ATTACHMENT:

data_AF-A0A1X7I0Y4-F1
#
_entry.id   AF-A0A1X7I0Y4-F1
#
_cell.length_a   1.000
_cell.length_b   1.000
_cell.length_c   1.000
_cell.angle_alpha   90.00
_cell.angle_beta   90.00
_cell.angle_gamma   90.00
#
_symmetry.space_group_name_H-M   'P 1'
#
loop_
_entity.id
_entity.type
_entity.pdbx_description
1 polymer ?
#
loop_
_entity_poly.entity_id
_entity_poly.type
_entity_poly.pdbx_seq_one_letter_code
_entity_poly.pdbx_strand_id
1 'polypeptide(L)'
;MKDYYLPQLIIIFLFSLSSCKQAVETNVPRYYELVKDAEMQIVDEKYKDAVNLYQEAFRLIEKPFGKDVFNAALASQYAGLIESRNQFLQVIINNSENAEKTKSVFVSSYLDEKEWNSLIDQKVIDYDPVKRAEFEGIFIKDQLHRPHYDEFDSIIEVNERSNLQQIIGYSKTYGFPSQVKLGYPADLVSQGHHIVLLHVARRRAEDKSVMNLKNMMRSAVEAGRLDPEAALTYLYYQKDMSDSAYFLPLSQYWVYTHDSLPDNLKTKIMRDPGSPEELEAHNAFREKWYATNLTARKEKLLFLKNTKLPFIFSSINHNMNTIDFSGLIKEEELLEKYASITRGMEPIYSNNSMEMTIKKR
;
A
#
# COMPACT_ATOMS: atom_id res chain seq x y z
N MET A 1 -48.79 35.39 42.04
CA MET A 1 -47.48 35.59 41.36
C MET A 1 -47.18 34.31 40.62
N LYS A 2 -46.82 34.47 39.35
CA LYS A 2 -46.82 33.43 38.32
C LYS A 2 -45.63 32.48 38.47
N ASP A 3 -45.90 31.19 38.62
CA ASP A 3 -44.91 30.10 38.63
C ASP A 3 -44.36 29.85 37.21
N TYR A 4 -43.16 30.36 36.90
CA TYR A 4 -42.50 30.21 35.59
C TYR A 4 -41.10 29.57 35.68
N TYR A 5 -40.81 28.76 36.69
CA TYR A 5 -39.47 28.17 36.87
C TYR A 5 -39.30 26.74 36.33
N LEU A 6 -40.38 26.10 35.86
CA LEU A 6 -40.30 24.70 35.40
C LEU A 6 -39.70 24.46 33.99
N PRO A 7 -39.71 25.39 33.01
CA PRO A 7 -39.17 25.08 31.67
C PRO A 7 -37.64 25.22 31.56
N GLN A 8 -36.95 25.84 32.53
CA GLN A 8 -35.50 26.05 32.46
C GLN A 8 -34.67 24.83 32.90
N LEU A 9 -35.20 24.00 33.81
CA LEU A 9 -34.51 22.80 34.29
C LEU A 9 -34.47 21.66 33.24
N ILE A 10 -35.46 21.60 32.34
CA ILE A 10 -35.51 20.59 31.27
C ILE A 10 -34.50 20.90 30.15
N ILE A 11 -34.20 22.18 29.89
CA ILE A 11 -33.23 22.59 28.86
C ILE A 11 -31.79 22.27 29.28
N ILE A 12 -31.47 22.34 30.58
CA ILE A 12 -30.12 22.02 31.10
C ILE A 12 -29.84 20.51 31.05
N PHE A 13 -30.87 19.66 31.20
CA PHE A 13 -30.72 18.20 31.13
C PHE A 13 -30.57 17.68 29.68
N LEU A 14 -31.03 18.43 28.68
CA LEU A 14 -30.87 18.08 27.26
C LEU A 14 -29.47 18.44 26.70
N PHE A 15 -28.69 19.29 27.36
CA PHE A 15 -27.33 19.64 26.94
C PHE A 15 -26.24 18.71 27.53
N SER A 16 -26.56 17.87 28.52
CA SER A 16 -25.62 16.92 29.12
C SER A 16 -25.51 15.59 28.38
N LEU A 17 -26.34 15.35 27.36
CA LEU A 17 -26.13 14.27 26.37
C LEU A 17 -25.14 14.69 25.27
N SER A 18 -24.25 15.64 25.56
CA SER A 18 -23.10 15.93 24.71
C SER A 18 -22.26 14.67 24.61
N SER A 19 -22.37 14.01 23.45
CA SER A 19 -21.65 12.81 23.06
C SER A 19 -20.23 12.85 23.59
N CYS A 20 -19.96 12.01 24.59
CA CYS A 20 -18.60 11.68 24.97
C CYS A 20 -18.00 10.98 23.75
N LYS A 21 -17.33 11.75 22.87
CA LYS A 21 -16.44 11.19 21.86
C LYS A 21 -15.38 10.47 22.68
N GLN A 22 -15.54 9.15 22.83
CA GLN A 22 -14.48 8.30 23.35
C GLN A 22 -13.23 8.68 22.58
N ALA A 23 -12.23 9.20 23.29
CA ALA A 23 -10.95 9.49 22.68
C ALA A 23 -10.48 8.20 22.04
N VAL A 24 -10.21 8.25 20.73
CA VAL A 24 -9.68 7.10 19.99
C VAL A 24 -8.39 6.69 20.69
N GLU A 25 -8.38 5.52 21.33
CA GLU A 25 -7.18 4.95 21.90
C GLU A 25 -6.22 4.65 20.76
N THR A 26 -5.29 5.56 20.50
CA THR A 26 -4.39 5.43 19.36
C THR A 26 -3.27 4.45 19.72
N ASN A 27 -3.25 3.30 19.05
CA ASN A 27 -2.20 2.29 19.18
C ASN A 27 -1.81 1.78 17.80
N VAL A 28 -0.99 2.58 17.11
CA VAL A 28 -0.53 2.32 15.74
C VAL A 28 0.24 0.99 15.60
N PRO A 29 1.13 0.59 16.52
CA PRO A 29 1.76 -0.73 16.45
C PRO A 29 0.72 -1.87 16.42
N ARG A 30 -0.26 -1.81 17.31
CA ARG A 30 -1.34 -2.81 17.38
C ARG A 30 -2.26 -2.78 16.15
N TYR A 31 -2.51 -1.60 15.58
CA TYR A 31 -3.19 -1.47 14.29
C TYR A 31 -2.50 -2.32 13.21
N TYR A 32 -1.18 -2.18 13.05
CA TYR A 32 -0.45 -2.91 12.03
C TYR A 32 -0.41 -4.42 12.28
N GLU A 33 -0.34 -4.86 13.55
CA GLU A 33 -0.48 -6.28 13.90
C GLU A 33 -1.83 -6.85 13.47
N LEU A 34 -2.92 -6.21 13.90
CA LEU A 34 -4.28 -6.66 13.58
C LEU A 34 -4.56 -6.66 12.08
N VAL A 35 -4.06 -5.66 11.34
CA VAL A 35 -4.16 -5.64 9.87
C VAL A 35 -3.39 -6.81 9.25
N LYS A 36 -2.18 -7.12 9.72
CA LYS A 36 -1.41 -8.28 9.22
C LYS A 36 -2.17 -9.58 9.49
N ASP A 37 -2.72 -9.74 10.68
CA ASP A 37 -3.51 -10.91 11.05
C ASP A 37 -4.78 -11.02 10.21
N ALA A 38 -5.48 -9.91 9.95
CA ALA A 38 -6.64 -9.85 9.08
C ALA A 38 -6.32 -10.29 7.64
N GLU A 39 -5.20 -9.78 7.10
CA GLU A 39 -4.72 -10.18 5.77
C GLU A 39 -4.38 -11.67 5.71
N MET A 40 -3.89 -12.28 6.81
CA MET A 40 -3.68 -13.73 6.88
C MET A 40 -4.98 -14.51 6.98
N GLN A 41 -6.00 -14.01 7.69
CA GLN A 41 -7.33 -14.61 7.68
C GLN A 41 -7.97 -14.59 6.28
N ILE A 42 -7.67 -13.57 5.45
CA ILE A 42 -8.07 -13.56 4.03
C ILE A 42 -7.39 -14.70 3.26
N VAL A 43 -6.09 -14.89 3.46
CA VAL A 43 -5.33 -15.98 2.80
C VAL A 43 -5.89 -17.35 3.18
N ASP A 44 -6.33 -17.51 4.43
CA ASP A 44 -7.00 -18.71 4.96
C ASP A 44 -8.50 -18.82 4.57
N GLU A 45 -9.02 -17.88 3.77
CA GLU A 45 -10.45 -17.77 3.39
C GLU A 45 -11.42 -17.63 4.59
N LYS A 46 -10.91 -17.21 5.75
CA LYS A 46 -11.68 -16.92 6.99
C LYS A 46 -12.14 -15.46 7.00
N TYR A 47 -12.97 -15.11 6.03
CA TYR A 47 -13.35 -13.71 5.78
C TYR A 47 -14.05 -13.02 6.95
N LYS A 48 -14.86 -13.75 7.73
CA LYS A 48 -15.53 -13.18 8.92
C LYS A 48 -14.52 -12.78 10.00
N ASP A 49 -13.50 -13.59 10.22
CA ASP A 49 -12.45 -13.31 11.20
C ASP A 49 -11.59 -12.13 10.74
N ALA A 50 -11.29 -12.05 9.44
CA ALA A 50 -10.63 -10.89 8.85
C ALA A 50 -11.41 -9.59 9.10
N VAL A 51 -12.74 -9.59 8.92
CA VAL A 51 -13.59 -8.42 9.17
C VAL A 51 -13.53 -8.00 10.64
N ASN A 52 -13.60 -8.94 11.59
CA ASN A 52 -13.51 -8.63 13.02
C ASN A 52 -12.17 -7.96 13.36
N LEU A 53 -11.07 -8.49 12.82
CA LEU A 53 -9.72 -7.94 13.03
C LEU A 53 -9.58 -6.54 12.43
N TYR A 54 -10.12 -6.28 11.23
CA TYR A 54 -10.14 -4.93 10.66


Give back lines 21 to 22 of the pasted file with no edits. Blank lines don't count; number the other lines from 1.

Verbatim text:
_entity_poly.entity_id
_entity_poly.type